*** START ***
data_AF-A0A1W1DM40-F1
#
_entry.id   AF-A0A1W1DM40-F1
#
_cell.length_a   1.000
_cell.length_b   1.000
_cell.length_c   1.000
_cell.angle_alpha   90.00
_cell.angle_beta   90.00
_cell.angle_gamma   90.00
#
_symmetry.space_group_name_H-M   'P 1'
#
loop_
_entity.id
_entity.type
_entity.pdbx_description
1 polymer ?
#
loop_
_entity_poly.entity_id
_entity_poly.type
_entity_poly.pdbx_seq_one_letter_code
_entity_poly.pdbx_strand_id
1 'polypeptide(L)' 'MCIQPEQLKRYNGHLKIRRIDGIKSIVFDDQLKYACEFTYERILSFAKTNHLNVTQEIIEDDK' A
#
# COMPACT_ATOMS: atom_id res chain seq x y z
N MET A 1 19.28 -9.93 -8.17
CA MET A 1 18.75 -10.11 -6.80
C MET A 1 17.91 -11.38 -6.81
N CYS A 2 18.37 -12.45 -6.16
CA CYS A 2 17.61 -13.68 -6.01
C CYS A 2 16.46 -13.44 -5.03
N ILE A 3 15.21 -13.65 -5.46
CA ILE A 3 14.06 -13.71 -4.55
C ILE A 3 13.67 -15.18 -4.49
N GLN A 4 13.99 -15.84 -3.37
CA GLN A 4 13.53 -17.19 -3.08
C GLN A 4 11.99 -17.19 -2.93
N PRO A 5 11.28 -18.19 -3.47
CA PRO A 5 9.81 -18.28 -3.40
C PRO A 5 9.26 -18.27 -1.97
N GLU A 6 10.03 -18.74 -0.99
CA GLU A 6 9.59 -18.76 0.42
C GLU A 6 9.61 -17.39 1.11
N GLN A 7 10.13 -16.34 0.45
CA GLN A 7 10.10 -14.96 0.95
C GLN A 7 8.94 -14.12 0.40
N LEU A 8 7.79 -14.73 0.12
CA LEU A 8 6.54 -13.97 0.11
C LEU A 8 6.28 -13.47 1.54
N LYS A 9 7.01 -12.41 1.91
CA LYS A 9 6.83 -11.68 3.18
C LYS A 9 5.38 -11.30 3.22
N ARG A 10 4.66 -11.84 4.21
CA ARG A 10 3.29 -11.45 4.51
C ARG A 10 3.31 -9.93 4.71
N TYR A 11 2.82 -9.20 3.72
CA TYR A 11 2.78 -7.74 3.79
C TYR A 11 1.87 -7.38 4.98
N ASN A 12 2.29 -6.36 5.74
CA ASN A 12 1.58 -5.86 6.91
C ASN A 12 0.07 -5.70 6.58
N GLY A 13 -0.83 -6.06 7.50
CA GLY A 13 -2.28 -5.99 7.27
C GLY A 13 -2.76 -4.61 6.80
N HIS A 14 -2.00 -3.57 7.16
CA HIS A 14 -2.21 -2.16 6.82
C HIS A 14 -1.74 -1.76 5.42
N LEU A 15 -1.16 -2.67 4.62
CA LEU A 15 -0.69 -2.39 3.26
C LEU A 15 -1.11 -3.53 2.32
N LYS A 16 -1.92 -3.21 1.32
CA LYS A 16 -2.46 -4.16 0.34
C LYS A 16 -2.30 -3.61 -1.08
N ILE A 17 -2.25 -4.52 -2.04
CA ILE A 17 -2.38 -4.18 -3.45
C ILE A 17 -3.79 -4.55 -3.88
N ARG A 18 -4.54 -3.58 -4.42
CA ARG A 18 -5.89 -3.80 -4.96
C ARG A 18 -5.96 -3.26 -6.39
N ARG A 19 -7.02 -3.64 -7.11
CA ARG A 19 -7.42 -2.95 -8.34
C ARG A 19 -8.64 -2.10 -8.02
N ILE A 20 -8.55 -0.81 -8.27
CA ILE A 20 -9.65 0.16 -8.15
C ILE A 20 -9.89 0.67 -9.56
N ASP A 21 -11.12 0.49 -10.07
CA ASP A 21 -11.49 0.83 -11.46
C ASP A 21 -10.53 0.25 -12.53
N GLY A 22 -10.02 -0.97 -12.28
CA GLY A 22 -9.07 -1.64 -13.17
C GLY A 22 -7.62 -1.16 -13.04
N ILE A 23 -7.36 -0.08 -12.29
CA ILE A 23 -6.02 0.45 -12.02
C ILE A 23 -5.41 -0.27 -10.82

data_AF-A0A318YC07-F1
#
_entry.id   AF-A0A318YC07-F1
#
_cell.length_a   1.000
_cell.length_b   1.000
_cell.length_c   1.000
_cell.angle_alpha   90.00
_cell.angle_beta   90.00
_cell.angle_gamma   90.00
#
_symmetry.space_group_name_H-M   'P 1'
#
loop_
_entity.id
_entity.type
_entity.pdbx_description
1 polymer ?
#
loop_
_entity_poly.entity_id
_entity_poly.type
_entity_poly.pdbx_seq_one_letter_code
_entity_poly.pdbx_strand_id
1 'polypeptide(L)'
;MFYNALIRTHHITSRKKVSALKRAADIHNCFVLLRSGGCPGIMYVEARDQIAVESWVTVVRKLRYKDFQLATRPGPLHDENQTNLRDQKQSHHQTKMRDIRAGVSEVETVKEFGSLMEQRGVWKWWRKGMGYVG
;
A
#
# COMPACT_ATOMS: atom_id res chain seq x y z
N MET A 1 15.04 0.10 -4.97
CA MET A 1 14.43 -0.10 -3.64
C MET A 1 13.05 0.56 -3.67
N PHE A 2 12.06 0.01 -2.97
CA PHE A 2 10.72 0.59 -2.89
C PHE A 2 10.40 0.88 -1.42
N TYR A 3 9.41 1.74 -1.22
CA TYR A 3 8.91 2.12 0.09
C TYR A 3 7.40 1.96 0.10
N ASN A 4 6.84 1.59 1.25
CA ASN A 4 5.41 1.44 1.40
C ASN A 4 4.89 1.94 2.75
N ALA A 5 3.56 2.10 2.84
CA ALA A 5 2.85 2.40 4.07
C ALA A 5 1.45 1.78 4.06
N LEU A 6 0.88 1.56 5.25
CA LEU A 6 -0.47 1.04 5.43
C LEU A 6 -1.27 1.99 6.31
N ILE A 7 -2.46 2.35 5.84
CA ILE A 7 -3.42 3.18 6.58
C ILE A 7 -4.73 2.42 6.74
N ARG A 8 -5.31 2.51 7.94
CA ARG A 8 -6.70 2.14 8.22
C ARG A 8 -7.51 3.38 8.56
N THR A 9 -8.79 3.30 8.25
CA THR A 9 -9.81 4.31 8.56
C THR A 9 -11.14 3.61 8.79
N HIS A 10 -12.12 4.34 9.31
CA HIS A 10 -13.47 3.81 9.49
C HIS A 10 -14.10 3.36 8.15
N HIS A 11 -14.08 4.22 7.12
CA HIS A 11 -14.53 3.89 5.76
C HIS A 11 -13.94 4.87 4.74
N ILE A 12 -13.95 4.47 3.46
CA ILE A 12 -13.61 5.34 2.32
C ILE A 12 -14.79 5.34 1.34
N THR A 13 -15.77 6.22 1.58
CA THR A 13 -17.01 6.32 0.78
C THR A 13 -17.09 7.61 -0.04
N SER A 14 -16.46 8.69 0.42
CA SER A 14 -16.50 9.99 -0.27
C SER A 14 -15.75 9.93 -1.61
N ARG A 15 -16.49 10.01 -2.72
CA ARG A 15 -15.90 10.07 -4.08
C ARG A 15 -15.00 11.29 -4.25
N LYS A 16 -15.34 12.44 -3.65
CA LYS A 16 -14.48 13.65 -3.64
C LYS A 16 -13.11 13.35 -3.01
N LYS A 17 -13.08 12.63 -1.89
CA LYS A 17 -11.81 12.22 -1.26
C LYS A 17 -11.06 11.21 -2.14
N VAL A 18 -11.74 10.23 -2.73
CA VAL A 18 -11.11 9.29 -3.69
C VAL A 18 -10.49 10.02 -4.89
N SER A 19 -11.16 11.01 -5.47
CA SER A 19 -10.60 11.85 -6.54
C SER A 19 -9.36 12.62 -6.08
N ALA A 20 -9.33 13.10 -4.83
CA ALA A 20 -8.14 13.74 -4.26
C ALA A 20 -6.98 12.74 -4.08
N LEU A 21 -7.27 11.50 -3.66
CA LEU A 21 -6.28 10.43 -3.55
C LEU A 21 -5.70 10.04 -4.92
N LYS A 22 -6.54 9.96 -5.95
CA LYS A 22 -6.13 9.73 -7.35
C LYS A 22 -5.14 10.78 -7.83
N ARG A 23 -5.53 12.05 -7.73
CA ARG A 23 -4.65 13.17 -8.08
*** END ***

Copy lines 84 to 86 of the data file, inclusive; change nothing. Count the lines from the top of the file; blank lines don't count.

C ARG A 19 -8.64 -2.10 -8.02
N ILE A 20 -8.55 -0.81 -8.27
CA ILE A 20 -9.65 0.16 -8.15